Compared to last year, which also had four new releases – Brad Pitt's baseball drama Moneyball, the cute animal flick Dolphin Tale, Taylor Lautner's Abduction, Jason Statham's Killer Elite – in addition to strong holdover The Lion King 3D, business this weekend is expected to be down around 25 percent.
Jennifer Lawrence House at the End of the Street photo: Relativity Media.
Dredd 3D box office: One of 2012's major domestic bombs
Dredd 3D, the much-anticipated (in some quarters) action sci-fier, opened at no. 5 on the North American box office chart, with a dismal $2.23 million at 2,506 venues on Friday according to studio estimates. Directed by Peter Travis and starring Karl Urban in the title role, Dredd will probably bring in around $6-6.5 million for the weekend – despite 3D surcharges. (Image: Karl Urban Dredd 3D.)
That would be a downright abysmal opening – worse than the already dreadful $8 million to $10 million that pundits had predicted – for the much-talked about reboot of the Sylvester Stallone movie Judge Dredd, which debuted with a already-not-that-impressive $12.29 million ($22.6 million adjusted for inflation) back in 1995. A Lionsgate release in North America, the international co-production Dredd has a reported $45-50 million budget; the film's only chance of recovering its production budget (of course, not factoring in pre-sales, etc.) is the international box office, where 3D action movies perform much more strongly than in North America.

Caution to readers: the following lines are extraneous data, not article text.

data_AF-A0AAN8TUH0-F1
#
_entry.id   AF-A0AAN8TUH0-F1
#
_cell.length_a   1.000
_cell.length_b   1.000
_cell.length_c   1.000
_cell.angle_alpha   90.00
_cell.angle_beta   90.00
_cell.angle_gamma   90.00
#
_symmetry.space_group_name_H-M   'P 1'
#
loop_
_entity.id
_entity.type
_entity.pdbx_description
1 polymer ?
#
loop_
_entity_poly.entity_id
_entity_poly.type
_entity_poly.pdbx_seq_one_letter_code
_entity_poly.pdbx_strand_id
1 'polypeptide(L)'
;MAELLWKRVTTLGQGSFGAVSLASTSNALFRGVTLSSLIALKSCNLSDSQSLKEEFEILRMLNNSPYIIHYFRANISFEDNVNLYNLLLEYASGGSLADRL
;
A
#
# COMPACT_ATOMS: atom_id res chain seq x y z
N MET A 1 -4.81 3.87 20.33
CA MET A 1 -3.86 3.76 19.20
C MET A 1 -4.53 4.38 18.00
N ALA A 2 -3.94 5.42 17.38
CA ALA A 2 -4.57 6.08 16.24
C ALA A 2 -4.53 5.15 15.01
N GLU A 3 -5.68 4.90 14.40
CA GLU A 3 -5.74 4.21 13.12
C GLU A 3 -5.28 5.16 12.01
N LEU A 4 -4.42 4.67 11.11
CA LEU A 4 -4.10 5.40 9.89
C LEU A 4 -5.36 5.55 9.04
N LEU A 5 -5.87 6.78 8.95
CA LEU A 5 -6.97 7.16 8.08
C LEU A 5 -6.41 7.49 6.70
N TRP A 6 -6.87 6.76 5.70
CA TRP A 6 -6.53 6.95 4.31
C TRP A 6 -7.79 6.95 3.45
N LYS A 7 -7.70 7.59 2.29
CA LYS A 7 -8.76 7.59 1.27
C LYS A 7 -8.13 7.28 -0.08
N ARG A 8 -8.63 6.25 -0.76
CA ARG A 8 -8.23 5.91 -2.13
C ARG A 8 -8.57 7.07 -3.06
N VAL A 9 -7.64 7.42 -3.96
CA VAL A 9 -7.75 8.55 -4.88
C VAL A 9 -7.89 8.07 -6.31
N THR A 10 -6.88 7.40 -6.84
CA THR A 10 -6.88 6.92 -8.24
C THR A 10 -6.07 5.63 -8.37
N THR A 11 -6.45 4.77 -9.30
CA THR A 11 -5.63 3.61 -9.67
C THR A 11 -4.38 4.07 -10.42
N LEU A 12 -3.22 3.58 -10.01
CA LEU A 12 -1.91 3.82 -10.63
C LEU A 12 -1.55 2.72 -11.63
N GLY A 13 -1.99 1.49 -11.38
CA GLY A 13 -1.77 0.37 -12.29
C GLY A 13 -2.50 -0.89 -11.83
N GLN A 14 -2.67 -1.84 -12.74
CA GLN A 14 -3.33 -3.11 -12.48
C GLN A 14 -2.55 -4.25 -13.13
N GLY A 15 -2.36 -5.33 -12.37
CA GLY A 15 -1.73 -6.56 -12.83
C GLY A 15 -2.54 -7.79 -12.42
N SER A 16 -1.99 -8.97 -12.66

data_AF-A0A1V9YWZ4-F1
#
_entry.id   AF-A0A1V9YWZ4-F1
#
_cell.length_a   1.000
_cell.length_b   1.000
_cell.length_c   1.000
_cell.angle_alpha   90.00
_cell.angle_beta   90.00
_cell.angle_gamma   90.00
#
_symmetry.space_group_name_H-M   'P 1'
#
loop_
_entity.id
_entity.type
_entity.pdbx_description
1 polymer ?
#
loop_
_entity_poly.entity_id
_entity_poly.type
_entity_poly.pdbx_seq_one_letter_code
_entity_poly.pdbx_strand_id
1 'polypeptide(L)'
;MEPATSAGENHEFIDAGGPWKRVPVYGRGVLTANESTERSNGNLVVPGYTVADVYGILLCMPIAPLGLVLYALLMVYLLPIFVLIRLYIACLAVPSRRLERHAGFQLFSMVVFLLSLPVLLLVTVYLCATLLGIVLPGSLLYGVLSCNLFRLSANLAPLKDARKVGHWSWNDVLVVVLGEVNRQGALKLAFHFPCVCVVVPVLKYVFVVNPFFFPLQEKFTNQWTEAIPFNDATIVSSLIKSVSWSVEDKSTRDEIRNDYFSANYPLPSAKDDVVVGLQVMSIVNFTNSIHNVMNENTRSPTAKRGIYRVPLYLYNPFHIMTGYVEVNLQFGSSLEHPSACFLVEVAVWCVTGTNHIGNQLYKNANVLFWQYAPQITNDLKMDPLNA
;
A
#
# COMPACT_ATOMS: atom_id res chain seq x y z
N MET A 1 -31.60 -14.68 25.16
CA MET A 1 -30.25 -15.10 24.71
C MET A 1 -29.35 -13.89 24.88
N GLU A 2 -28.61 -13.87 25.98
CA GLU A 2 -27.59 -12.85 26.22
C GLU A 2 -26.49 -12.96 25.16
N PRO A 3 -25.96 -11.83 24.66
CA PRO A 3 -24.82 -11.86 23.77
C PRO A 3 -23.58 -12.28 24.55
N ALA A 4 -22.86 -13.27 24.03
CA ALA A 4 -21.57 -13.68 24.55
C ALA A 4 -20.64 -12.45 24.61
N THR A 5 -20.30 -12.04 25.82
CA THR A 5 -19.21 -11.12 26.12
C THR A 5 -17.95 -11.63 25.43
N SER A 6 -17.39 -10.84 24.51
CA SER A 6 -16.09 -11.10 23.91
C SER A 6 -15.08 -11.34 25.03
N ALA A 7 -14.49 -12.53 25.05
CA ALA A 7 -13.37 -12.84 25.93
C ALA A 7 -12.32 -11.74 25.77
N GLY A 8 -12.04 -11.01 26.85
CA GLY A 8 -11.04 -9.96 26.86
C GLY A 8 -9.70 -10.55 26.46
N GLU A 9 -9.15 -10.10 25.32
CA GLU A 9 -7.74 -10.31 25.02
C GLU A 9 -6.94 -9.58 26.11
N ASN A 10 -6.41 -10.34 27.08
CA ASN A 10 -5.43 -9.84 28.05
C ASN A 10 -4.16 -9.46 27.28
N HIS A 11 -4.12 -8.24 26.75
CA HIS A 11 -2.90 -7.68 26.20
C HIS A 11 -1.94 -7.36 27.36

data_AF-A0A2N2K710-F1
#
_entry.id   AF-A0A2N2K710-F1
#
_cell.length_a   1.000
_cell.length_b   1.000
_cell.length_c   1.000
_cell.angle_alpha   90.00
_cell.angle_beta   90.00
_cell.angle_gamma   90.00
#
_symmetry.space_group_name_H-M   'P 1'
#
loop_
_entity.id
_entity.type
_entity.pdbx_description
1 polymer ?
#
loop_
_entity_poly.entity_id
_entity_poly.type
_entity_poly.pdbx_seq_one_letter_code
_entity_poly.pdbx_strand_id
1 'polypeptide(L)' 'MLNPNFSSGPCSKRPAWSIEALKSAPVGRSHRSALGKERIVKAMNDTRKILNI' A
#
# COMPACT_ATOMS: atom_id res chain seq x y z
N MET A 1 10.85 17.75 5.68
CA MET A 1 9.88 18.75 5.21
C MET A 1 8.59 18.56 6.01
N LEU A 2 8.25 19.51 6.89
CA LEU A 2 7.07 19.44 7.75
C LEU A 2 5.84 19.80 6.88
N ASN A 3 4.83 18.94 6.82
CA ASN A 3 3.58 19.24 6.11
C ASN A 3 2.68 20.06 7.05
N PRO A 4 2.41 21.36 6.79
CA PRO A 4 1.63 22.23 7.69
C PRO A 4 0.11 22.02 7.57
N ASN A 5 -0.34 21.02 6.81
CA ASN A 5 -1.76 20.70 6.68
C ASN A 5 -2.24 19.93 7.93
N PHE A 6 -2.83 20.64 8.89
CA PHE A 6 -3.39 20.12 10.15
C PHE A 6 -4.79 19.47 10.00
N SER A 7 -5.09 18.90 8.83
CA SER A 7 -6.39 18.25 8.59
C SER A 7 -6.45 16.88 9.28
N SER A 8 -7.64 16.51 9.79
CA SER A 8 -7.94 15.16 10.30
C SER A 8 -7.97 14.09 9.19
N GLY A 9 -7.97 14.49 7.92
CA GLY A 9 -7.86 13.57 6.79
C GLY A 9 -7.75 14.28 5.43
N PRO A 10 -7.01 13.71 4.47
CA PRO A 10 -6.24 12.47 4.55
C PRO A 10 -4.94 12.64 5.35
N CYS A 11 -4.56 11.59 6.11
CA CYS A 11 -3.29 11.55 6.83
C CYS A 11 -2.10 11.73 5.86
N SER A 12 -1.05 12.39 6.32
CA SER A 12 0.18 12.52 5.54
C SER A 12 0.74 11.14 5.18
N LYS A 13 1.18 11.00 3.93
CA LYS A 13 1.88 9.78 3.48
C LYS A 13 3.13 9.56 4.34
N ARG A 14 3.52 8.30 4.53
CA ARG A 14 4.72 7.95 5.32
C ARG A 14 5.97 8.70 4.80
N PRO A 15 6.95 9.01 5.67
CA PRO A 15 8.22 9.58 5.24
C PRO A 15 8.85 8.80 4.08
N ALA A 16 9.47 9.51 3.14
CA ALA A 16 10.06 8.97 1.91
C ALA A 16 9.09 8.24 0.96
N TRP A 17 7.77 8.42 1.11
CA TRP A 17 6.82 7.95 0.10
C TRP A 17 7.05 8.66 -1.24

Box-office hope for Dredd 3D?
The good news: Judge Dredd cumed at a weak $34.69 million (approx. $64 million adjusted) in North America, but went on to earn more than twice as much abroad. The bad news: Despite grossing $113.49 million worldwide, Judge Dredd was still flop, as it cost a reported $90 million. (Remember: as a rule of thumb distributors / producing companies get about 50-55 percent of the domestic gross; 40 percent of the international gross.)
The worse news: Dredd will likely cume at $15-18 million in North America, which means it'll need to gross about six times as much internationally so as to break even at the worldwide box office – despite having cost much less than the Stallone original, especially if inflation is taken into account. To date, things don't look all that promising: $4.4 million in the UK and $784k in Spain after ten days (Sept. 16). But we'll see.
In addition to Star Trek's Karl Urban, Dredd features Olivia Thirlby, and Lena Headey.
Karl Urban Dredd 3D photo: Lionsgate Pictures.